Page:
May 19

Sakura Matsuri at the Brooklyn Botanic Garden, May 2


The Brooklyn Botanic Garden’s annual two-day Sakura Matsuri celebrates a wide range of Japanese culture in the breathtaking setting of 220 blooming cherry blossom trees. For the price of one admission ticket, you can watch classical dances, make origami, model for a cosplay photoshoot and participate in the Japanese tradition of cherry blossom viewing.

For the music-minded, the Matsuri is also a great way to sample a cross-section of Japanese music, from traditional to modern and from obscure to famous. The May 2 pop performances on the Cherry Esplanade Stage ranged from the local gypsy rock of Kagero to the chart-topping pop hits of Kawashima Ai.




Kagerou, a Brooklyn band containing American and Japanese members, employed a rotating cast of musicians—playing harmonicas and violins along with the usual rock mainstays—to perform a mix of original tunes and gypsy-fied J-pop covers. The band’s fusion of rock, Middle Eastern and Japanese music in songs like “Red and Black” had an airy quality suited to the relaxing environment of the Brooklyn Botanic Garden. Yet Kagerou kept up a lively stage presence, partly due to their large size and singer-guitarist Fujimoto Kaz’s enthusiastic hopping. They were most fun when they covered Pink Lady’s “Southpaw” with the accompaniment of two Russian dancers (doing interpretive dance and not the original choreography, sadly).


Kawashima Ai at Samurai Beat Radio

Over at the Sakura J-Lounge, demure pop star Kawashima Ai participated in a session of Samurai Beat Radio that was broadcasted live to Japanese radio stations. Interviewed by Sato Megumi of Tokyo FM, Kawashima talked about how she donated money to open schools in West Africa and Cambodia, her history as a performer and her love for Billy Joel’s music. She also entertained questions from fans and curious attendees, which ranged from revelatory—an inquiry as to whether Kawashima would voice act for anime besides One Piece brought up that an anime was being made about the singer herself—to the bizarre—what Bob Marley song the piano-playing pop singer favors (Kawashima seemed sorry she didn’t know his work well enough to answer). Despite having top-selling CDs, Kawashima came off sweet, humble and genuinely interested in helping others, from answering fans’ questions kindly to bringing education to children in third-world countries.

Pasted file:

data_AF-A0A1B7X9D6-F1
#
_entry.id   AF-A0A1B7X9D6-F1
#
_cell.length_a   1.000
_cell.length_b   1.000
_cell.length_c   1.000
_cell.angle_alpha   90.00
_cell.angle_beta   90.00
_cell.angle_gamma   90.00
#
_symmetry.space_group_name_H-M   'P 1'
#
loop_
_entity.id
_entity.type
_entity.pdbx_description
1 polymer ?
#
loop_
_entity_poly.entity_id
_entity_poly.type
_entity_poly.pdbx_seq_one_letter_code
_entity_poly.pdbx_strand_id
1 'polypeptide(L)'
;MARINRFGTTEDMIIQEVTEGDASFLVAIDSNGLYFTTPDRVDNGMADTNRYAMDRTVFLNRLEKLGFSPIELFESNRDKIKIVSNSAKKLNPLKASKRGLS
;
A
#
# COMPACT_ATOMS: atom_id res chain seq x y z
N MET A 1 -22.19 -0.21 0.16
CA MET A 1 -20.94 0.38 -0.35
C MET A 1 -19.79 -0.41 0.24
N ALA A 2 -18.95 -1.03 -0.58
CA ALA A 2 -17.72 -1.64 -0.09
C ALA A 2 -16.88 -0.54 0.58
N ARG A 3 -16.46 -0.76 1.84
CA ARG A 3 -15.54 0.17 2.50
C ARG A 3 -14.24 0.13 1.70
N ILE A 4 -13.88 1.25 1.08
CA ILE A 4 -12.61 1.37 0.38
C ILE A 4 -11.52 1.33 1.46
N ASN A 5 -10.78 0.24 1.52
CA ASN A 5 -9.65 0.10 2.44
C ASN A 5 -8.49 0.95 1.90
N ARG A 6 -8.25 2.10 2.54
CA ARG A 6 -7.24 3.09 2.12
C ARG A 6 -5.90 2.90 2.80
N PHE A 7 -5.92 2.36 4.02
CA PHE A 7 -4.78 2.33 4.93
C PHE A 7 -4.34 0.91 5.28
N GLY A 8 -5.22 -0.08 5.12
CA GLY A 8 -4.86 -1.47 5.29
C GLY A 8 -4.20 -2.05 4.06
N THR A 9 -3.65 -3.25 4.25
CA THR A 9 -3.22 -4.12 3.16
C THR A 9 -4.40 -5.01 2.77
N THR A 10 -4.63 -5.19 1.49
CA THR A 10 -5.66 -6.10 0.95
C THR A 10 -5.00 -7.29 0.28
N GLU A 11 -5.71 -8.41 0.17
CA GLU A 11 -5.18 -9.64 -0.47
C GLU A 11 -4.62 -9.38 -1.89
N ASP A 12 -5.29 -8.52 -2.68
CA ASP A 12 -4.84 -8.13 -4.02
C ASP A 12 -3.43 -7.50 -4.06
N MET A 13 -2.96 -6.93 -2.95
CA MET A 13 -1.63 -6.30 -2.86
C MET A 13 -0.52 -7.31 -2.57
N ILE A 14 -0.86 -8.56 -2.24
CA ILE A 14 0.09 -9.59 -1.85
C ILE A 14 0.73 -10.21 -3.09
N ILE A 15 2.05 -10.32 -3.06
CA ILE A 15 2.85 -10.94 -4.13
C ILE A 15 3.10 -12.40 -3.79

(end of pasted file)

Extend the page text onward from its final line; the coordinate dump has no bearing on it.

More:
Kizuki Minami

Back at the Cherry Esplanade Stage, Kizuki Minami, a 19-year-old shimauta (Amami island song) and pop singer who had debuted fewer than five months ago, was clearly anxious about performing in the Big Apple. The Kagoshima native waved nervously at the audience, laughed embarrassedly at Samurai Sword Soul leader and MC Amao Yoshi’s praise for her talent and beauty, and feigned an amazed “wow” at her snakeskin shamisen. But this show of newbie jitters only made it more impressive when she began performing the shimauta standard “Akasetsu.” Using only her shamisen and the pleasing, clear tone of her voice, Kizuki filled the air and captivated the audience so much they were listening silently. She sang other shimauta along with her own, typical-sounding pop ballads.


It seemed like she and her managers were going for a more mainstream version of Hajime Chitose’s famous sound—pop music sung with shimauta trills— by replacing Hajime’s reggae and Bulgarian choir influences with simpler (and less interesting) guitar-based arrangement and cuter, more traditional J-pop vocals. Coincidence or not, Kizuki also sang two of the same shimauta standards Hajime had recorded for her album Shima*Kyora*Umui. Nevertheless, she sounded great and brought some shimauta to the neglected New York City, and received great thanks for it—the audience called her back for an encore, which thrilled the new singer so much that she clasped her hands to her face.


Kawashima Ai

In between Kizuki and Kawashima’s performance, Amao returned to the stage and invited audience members to come up for samurai training. When these samurai hopefuls gave their names, the entire audience learned that one of them was Jesus. Amao was clearly shocked, because not only had Jesus made his return at the Sakura Matsuri, he wanted to learn how to become a samurai. Despite being a savior, Jesus had some difficulty performing tasks such as sheathing a sword gracefully.


Kawashima took the stage with the most understated presence of all the performers: She sat alone in front of her keyboard, singing and playing softly with barely a glance up at the audience. But the resonant earnestness in her performance provided a point of connection deeper than a show act could have. Through her no-frills, pretty melodies and piano playing, Kawashima conveyed a passion for music. It’s not surprising she’s endeared millions of listeners in Japan.

Though she was recovering from a cold that weakened her voice slightly, Kawashima still focused in order to hit the notes as best she could. She bridged her Japanese origins and American audience by speaking in both Japanese and English, and performing an English version of her single “Kakera” under the name “Simple Treasure.”

The Brooklyn Botanic Garden’s Sakura Matsuri aims to celebrate Japanese culture, and through the unfortunate timing of her sickness, Kawashima demonstrated an intangible aspect of Japanese culture—the ethic of working hard no matter what.


Kawashima Ai setlist:

1. Tabidachi no hi ni…
2. Daijoubu da yo
3. Simple Treasure
4. Sorairo no ALBUM

Photographs by Emily Chern


1 comment

  1. plantesjardinsnature

    how was there? i missed it but i would like next time to come, if it will be:)

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